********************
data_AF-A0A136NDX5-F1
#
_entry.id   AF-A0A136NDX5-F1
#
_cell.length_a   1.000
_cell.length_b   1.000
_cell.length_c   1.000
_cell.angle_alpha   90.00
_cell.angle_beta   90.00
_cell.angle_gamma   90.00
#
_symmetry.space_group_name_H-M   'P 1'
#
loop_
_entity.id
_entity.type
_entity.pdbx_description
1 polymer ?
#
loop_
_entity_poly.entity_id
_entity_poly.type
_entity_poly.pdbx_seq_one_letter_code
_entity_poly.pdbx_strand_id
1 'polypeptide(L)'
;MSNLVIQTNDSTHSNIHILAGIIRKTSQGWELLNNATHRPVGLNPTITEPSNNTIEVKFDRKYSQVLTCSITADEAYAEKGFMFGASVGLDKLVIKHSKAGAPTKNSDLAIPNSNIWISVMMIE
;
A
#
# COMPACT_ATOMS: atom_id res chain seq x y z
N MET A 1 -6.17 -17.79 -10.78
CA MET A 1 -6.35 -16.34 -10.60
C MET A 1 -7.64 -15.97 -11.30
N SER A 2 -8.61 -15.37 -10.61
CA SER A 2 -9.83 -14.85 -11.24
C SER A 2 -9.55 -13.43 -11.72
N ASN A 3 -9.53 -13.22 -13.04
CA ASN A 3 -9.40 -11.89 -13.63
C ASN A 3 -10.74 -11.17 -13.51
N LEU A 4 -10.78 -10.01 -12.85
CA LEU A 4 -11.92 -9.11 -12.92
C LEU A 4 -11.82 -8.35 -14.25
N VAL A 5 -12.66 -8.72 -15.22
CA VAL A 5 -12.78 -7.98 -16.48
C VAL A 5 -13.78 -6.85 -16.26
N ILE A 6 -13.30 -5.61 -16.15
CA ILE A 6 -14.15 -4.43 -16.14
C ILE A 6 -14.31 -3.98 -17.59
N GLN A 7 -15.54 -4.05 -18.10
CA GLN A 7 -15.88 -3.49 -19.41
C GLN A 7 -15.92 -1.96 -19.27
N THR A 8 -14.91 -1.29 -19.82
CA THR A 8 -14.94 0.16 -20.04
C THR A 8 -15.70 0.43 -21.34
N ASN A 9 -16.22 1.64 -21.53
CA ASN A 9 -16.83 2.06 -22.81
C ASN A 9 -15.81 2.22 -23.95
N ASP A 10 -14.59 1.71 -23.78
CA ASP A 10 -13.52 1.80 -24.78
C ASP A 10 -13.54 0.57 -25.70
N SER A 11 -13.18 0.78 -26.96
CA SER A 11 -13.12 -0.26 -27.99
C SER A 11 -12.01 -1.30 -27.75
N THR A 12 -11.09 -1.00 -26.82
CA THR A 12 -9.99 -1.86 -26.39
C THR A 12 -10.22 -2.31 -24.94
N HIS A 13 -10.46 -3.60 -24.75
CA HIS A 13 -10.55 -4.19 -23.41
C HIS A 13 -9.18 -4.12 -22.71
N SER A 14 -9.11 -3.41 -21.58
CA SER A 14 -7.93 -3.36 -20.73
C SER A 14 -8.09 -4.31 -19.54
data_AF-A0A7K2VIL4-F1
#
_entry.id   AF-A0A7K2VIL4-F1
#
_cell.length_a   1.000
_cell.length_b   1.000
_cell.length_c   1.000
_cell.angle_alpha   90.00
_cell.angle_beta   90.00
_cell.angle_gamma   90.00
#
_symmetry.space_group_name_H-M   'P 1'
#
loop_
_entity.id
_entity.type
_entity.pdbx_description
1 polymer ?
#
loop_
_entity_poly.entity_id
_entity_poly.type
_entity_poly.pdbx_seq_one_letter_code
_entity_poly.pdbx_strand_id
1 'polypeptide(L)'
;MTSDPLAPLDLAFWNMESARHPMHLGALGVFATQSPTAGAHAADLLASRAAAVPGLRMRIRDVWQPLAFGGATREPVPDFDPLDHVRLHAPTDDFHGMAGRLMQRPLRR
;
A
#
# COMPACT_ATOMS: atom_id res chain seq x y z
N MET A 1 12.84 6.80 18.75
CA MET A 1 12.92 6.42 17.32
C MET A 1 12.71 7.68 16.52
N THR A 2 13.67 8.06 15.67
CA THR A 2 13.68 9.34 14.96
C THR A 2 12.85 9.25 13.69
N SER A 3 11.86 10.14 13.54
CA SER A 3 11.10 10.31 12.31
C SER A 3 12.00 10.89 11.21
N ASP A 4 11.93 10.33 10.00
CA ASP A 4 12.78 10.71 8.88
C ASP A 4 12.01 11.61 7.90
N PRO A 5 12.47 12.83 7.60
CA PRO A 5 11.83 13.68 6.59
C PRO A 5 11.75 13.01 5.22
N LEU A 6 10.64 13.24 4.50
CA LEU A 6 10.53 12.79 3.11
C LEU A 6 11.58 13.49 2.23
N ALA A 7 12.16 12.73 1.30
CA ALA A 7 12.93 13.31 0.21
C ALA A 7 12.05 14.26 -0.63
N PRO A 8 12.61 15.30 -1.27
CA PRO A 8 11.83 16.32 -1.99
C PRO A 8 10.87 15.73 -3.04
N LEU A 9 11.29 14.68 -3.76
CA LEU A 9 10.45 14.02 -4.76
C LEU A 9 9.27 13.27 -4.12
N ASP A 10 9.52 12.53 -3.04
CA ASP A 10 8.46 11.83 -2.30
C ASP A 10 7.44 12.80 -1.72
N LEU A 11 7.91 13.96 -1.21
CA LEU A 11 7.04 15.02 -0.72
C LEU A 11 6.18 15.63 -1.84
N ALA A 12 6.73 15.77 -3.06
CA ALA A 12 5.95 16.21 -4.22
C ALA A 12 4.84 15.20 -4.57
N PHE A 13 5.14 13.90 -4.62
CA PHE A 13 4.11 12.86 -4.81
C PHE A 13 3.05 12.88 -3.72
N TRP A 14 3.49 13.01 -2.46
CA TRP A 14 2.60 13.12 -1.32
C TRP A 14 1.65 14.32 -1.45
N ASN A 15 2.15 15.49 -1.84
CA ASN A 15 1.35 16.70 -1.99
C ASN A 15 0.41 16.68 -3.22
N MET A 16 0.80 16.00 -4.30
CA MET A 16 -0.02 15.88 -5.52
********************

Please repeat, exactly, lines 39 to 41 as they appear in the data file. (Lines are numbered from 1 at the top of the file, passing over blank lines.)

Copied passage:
C ASN A 3 -10.74 -11.17 -13.51
N LEU A 4 -10.78 -10.01 -12.85
CA LEU A 4 -11.92 -9.11 -12.92